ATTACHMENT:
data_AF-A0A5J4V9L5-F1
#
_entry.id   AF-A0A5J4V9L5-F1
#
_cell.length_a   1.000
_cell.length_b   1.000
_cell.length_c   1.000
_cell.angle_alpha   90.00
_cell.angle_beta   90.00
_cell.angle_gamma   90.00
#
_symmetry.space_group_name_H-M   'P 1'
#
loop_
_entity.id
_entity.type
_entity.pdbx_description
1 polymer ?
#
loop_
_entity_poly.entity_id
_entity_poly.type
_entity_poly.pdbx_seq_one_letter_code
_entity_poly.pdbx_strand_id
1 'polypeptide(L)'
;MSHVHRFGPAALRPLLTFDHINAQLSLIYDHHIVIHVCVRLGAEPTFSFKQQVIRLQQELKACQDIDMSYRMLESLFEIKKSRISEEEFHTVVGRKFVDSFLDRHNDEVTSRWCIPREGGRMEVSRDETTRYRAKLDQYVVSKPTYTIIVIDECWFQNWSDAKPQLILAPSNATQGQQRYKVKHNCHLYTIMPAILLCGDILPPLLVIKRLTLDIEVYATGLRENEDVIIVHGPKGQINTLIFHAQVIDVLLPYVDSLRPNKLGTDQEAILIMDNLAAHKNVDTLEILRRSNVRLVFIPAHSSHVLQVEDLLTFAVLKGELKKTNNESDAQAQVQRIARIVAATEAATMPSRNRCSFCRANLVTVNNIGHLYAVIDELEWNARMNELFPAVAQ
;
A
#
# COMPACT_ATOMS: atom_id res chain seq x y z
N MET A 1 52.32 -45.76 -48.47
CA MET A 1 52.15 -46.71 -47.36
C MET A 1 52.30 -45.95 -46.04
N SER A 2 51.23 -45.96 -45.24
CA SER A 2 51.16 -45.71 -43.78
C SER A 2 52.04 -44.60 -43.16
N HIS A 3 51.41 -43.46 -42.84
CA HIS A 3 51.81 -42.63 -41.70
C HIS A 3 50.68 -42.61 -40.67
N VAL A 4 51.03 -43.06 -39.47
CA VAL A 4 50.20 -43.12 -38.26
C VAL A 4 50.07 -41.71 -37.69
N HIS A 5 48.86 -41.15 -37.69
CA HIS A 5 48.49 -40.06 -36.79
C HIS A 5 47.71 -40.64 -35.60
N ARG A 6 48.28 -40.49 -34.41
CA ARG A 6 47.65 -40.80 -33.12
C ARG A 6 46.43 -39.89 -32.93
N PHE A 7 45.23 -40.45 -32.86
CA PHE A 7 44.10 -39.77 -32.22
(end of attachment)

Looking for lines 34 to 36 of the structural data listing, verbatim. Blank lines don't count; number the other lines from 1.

N SER A 2 51.23 -45.96 -45.24
CA SER A 2 51.16 -45.71 -43.78
C SER A 2 52.04 -44.60 -43.16